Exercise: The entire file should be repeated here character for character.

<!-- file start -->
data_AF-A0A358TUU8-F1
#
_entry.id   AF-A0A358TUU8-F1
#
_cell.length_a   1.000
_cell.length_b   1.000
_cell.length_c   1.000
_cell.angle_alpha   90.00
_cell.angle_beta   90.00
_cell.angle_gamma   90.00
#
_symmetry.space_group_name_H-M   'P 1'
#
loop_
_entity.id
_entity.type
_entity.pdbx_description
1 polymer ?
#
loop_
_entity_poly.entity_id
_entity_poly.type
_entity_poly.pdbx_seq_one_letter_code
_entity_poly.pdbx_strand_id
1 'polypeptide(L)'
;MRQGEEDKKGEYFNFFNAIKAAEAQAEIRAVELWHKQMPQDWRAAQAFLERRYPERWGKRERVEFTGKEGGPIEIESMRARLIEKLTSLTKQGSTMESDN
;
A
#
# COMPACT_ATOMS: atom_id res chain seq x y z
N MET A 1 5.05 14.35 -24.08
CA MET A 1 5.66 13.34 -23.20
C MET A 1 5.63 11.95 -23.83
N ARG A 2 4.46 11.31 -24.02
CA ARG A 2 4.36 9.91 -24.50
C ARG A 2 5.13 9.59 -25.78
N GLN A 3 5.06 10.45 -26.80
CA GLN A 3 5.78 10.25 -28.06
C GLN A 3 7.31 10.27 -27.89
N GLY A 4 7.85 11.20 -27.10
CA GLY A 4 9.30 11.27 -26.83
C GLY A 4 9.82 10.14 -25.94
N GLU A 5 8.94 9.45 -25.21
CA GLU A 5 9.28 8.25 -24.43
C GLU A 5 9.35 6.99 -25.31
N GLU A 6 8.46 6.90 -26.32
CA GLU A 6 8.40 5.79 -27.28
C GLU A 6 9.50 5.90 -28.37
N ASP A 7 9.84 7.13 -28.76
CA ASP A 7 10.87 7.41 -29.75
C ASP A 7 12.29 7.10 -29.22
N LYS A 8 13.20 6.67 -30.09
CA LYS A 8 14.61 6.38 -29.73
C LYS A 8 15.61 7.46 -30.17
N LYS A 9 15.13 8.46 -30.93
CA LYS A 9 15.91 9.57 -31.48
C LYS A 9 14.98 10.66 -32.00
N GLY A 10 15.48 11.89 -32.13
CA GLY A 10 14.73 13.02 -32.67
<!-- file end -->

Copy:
data_AF-A0A358TUU8-F1
#
_entry.id   AF-A0A358TUU8-F1
#
_cell.length_a   1.000
_cell.length_b   1.000
_cell.length_c   1.000
_cell.angle_alpha   90.00
_cell.angle_beta   90.00
_cell.angle_gamma   90.00
#
_symmetry.space_group_name_H-M   'P 1'
#
loop_
_entity.id
_entity.type
_entity.pdbx_description
1 polymer ?
#
loop_
_entity_poly.entity_id
_entity_poly.type
_entity_poly.pdbx_seq_one_letter_code
_entity_poly.pdbx_strand_id
1 'polypeptide(L)'
;MRQGEEDKKGEYFNFFNAIKAAEAQAEIRAVELWHKQMPQDWRAAQAFLERRYPERWGKRERVEFTGKEGGPIEIESMRARLIEKLTSLTKQGSTMESDN
;
A
#
# COMPACT_ATOMS: atom_id res chain seq x y z
N MET A 1 5.05 14.35 -24.08
CA MET A 1 5.66 13.34 -23.20
C MET A 1 5.63 11.95 -23.83
N ARG A 2 4.46 11.31 -24.02
CA ARG A 2 4.36 9.91 -24.50
C ARG A 2 5.13 9.59 -25.78
N GLN A 3 5.06 10.45 -26.80
CA GLN A 3 5.78 10.25 -28.06
C GLN A 3 7.31 10.27 -27.89
N GLY A 4 7.85 11.20 -27.10
CA GLY A 4 9.30 11.27 -26.83
C GLY A 4 9.82 10.14 -25.94
N GLU A 5 8.94 9.45 -25.21
CA GLU A 5 9.28 8.25 -24.43
C GLU A 5 9.35 6.99 -25.31
N GLU A 6 8.46 6.90 -26.32
CA GLU A 6 8.40 5.79 -27.28
C GLU A 6 9.50 5.90 -28.37
N ASP A 7 9.84 7.13 -28.76
CA ASP A 7 10.87 7.41 -29.75
C ASP A 7 12.29 7.10 -29.22
N LYS A 8 13.20 6.67 -30.09
CA LYS A 8 14.61 6.38 -29.73
C LYS A 8 15.61 7.46 -30.17
N LYS A 9 15.13 8.46 -30.93
CA LYS A 9 15.91 9.57 -31.48
C LYS A 9 14.98 10.66 -32.00
N GLY A 10 15.48 11.89 -32.13
CA GLY A 10 14.73 13.02 -32.67